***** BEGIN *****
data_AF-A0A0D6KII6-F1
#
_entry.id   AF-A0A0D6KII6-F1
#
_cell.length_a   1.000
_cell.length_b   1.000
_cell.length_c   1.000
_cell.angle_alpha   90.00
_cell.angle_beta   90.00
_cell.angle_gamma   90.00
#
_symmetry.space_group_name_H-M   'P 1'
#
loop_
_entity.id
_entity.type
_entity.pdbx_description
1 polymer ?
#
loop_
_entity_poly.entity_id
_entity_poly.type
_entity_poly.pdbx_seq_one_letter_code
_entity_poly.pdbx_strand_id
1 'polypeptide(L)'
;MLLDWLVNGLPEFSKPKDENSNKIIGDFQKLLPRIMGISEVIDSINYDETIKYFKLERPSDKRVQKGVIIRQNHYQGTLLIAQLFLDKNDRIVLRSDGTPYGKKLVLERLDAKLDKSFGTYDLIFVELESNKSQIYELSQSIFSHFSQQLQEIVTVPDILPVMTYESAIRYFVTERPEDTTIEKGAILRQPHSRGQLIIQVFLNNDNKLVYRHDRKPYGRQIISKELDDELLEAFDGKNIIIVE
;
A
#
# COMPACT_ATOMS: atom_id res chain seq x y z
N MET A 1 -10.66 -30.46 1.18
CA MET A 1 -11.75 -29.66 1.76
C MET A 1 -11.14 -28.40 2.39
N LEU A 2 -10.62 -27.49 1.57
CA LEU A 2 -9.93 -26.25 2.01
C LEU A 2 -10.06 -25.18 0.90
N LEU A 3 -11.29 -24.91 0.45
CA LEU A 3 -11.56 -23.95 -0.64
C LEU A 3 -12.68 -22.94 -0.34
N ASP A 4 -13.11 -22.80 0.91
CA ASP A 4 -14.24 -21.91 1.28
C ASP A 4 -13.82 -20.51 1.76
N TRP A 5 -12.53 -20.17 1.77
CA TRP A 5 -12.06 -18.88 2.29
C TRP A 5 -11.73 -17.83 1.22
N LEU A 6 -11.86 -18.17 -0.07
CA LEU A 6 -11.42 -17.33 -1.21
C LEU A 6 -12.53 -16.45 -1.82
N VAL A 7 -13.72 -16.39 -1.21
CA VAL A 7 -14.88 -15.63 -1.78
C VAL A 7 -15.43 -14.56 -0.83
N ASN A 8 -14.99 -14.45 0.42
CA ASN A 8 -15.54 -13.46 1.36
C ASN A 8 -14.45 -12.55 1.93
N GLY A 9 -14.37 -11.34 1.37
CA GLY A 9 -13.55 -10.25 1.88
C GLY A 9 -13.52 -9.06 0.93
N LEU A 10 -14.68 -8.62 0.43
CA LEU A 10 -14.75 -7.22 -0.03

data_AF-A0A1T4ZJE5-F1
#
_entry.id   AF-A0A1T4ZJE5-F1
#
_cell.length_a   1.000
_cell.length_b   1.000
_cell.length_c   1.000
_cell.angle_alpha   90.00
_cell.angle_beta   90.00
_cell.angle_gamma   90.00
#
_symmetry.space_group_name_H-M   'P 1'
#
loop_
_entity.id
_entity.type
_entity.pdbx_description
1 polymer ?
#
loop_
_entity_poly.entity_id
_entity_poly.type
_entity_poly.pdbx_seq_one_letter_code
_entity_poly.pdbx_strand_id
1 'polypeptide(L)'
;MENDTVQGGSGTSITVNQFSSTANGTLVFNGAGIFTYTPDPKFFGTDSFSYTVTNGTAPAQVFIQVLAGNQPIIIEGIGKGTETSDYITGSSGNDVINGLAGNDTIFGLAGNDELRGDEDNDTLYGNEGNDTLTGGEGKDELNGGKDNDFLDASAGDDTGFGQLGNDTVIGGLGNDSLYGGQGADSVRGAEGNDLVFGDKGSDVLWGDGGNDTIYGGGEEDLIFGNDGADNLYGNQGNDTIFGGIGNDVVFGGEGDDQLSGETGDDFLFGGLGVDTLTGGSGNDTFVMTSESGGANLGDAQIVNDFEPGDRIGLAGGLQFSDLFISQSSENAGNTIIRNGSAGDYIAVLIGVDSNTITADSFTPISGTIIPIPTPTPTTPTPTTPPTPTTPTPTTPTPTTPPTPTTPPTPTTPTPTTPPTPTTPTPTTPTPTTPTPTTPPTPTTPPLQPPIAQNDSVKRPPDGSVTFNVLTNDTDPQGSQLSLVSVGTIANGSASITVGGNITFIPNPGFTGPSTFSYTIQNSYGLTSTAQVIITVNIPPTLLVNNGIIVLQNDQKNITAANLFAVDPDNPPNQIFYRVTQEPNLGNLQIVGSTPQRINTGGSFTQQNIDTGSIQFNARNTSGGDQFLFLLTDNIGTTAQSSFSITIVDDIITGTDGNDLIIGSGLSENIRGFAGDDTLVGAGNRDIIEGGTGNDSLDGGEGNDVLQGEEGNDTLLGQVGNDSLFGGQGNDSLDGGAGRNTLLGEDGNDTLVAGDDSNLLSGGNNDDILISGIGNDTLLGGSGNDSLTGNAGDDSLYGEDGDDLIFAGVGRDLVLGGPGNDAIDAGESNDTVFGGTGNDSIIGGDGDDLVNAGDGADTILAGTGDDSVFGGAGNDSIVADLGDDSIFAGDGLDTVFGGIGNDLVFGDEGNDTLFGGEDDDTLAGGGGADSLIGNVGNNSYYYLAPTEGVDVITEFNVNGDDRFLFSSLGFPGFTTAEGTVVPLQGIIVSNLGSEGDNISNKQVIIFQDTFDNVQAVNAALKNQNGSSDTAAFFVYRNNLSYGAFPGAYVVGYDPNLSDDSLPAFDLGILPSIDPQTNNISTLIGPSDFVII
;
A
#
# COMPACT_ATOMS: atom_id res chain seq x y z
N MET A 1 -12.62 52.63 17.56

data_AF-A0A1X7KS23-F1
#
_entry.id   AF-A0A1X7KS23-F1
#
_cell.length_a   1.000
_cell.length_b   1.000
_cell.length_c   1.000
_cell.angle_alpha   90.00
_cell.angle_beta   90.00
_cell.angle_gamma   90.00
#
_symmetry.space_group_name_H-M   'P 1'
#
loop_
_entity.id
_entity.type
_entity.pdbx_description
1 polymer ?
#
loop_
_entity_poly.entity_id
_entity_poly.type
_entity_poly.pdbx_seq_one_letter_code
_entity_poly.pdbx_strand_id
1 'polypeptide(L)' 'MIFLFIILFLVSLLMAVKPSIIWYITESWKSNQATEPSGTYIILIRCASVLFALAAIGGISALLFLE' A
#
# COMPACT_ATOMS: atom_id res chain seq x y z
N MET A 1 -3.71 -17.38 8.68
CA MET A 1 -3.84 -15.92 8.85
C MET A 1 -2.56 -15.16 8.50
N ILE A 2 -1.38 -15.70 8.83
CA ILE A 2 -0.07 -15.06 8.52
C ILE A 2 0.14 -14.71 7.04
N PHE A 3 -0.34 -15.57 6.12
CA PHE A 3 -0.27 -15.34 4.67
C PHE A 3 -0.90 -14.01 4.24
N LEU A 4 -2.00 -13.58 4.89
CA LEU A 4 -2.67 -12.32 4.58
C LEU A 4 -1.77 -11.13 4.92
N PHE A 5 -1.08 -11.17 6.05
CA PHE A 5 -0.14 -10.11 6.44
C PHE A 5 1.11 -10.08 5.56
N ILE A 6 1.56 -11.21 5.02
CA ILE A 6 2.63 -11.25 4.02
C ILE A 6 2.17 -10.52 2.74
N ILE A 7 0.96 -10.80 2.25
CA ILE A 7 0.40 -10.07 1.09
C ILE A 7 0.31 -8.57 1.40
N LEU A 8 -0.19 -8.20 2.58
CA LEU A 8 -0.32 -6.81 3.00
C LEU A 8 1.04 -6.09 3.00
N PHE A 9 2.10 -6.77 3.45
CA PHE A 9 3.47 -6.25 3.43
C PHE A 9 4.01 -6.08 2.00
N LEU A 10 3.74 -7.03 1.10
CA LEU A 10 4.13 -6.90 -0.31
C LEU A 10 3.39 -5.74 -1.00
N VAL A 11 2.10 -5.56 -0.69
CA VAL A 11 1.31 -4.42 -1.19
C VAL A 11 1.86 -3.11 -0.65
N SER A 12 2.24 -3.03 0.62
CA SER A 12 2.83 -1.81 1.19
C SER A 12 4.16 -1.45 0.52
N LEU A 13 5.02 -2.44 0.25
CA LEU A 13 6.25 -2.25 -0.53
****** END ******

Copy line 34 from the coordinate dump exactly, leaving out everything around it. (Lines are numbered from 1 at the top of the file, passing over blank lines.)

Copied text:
N LEU A 2 -10.62 -27.49 1.57